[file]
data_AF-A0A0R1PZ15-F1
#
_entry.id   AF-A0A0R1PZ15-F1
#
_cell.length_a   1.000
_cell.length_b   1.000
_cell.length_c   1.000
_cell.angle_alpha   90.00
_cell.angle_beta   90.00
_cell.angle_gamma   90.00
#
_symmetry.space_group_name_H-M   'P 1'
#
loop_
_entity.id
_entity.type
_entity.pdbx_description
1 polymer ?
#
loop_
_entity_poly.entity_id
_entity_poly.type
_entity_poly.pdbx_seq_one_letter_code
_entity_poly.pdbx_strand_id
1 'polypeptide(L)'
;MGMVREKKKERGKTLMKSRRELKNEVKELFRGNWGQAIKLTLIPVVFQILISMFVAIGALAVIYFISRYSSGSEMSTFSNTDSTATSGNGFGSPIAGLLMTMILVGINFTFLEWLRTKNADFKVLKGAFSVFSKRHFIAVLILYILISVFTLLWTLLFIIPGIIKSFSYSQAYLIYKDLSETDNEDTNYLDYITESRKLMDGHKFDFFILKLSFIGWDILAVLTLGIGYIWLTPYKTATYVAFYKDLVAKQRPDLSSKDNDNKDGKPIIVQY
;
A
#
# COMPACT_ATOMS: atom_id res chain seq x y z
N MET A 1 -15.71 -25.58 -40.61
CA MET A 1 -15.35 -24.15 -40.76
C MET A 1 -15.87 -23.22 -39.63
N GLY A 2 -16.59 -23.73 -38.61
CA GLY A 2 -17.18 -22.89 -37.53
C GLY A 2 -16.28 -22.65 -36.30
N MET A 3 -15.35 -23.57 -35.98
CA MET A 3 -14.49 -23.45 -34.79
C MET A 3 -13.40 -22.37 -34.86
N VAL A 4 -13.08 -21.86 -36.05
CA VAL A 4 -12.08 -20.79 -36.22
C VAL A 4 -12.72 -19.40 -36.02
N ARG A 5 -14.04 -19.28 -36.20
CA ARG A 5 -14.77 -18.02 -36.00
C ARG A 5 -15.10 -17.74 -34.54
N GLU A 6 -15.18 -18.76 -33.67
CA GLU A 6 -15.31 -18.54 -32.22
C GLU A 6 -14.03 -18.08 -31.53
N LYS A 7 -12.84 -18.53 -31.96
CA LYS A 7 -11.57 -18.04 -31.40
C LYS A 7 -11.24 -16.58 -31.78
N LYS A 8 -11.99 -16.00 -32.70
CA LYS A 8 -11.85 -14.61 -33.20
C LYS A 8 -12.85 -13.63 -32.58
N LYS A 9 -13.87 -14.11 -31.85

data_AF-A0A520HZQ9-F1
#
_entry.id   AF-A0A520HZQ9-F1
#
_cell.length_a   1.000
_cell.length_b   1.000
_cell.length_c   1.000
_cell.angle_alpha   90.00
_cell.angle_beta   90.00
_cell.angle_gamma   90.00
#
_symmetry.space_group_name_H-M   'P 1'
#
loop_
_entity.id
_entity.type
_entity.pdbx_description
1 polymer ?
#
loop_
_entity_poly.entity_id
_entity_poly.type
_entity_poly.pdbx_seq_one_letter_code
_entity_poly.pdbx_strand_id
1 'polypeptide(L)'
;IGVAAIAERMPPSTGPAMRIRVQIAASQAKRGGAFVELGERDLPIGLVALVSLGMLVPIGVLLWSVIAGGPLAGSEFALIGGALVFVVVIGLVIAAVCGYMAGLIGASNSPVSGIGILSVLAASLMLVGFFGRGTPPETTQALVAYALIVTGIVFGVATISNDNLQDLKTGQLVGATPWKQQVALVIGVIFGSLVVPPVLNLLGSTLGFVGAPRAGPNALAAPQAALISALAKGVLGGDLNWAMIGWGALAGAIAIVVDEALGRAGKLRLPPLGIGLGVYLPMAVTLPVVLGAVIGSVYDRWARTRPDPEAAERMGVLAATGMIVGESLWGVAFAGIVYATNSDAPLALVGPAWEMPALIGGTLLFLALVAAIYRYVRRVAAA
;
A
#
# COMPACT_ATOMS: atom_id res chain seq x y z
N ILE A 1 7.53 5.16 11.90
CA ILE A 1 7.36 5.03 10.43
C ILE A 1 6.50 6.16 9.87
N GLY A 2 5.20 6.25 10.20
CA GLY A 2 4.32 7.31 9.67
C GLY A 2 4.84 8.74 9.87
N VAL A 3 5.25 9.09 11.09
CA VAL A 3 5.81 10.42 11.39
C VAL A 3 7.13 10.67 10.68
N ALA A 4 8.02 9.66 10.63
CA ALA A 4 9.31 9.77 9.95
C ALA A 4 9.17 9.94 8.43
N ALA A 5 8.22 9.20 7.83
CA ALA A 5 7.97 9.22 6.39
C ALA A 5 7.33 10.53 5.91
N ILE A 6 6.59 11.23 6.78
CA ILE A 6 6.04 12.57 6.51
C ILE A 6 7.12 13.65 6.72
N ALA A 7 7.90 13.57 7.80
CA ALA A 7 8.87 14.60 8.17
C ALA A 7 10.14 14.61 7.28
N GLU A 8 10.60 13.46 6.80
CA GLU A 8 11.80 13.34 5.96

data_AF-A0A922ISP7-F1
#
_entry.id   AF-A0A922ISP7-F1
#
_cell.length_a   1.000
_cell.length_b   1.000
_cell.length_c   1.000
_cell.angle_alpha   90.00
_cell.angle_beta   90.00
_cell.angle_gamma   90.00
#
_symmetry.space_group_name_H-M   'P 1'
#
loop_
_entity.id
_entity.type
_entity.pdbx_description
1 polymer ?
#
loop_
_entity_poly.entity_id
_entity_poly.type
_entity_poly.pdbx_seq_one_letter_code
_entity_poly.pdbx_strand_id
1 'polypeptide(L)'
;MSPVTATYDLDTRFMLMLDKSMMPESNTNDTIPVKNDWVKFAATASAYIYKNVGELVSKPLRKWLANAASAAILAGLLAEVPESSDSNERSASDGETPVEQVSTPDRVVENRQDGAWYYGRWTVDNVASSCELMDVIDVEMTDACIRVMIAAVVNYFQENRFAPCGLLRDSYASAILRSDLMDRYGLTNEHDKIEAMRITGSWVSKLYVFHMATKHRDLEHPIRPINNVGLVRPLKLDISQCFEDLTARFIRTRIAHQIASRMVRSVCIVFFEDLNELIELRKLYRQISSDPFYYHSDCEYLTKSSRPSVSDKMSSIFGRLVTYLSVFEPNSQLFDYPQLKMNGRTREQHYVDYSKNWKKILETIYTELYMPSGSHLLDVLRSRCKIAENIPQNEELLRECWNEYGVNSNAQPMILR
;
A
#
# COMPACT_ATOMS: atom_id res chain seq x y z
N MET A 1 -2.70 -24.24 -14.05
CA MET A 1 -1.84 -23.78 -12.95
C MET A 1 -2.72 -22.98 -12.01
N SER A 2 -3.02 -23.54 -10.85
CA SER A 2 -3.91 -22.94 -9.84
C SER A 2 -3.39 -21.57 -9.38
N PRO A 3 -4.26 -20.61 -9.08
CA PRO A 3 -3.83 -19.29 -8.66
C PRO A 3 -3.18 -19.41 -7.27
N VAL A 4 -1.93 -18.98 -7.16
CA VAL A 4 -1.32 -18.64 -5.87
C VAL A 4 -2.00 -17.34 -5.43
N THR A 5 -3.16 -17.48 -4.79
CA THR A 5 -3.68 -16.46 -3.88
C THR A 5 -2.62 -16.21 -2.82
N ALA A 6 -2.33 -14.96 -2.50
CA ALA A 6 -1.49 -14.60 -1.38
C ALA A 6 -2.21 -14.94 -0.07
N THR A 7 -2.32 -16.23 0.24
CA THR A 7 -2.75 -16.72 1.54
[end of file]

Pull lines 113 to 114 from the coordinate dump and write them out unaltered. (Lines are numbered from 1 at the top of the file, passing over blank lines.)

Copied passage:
_cell.length_a   1.000
_cell.length_b   1.000